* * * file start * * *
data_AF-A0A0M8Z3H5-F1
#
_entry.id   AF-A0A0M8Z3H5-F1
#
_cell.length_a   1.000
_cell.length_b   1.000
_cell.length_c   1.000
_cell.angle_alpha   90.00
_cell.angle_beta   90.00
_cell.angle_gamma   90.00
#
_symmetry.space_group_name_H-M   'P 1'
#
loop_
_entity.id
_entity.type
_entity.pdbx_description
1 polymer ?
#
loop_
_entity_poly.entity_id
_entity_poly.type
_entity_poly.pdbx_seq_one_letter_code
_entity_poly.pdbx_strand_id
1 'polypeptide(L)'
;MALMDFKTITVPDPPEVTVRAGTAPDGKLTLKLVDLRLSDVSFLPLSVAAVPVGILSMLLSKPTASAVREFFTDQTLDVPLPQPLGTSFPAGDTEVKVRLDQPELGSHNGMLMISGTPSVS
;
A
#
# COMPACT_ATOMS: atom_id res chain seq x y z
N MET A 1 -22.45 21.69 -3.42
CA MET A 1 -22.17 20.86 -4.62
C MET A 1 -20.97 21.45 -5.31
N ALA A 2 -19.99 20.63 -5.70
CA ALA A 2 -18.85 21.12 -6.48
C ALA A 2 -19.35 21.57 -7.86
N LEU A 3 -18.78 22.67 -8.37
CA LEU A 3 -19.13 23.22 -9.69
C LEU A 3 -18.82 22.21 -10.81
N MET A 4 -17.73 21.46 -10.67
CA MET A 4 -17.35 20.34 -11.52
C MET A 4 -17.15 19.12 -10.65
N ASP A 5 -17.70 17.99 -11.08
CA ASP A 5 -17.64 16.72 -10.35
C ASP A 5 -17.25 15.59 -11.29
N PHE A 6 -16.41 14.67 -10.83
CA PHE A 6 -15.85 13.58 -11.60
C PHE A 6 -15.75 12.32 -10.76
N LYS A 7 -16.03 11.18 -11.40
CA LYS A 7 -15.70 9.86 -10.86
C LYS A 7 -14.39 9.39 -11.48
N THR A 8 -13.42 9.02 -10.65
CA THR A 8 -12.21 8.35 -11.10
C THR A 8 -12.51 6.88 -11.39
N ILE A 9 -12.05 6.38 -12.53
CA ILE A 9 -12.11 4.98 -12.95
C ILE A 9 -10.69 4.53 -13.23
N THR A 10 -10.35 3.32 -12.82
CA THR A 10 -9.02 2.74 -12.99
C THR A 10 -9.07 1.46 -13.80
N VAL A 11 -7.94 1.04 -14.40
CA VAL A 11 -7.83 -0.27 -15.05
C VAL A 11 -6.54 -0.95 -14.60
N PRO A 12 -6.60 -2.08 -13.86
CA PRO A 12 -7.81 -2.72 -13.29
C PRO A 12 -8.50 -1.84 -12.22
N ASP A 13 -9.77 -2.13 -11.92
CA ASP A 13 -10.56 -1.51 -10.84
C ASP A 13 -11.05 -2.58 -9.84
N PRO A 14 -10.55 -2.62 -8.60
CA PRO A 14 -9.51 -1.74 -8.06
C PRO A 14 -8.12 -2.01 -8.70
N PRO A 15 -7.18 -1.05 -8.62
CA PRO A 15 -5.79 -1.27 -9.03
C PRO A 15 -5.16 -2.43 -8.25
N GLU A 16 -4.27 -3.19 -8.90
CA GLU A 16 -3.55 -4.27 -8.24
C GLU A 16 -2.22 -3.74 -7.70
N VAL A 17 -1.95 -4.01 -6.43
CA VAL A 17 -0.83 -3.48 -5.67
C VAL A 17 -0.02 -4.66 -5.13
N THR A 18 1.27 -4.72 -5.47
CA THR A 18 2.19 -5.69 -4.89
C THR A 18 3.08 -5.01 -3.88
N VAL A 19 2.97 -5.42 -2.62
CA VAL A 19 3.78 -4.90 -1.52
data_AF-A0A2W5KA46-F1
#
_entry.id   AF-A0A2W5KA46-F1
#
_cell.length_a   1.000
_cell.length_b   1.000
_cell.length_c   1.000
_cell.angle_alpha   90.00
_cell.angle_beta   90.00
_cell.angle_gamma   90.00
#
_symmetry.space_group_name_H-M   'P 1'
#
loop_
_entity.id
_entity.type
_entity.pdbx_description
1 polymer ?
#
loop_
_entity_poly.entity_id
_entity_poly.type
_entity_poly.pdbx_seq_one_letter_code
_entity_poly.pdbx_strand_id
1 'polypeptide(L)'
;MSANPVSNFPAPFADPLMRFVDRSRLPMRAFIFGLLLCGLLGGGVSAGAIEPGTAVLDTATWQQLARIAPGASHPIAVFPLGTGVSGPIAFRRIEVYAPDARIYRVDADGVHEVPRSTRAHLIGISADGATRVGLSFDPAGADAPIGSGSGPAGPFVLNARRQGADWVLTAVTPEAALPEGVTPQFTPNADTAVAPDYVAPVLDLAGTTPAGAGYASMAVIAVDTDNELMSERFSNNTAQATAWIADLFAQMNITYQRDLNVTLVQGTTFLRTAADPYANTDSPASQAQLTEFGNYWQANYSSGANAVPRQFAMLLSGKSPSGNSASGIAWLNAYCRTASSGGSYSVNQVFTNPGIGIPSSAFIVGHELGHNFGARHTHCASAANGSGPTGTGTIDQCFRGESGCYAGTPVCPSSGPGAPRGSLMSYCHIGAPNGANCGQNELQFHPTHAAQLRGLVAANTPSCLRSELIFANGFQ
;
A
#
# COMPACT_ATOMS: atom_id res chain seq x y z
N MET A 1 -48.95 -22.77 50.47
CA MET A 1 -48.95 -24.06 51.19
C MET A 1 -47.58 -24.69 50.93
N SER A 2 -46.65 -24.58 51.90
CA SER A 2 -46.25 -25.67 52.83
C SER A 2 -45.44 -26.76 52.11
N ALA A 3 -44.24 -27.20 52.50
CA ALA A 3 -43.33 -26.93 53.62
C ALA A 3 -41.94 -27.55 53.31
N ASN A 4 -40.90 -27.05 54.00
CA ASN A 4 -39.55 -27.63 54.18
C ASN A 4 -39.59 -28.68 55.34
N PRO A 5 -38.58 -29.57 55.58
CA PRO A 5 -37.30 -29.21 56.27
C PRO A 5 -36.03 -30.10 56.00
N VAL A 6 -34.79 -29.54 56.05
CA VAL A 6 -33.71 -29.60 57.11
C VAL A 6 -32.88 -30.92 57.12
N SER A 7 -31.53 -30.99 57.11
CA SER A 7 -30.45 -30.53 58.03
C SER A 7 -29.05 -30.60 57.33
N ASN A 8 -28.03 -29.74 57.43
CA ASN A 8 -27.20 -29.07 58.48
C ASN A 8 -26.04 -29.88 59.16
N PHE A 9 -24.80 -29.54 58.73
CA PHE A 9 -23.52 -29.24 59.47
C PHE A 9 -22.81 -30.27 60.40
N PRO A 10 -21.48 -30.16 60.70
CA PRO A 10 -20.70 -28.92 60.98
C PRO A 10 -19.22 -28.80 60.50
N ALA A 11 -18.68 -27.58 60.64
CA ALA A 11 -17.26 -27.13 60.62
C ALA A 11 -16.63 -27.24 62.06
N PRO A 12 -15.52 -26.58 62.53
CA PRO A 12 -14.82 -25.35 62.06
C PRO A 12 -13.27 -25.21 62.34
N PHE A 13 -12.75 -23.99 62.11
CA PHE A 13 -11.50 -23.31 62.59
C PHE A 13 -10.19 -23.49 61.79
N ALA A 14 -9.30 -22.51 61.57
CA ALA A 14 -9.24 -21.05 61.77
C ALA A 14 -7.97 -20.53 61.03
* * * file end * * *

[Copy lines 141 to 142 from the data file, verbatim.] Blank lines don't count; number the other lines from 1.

N PHE A 9 -24.80 -29.54 58.73
CA PHE A 9 -23.52 -29.24 59.47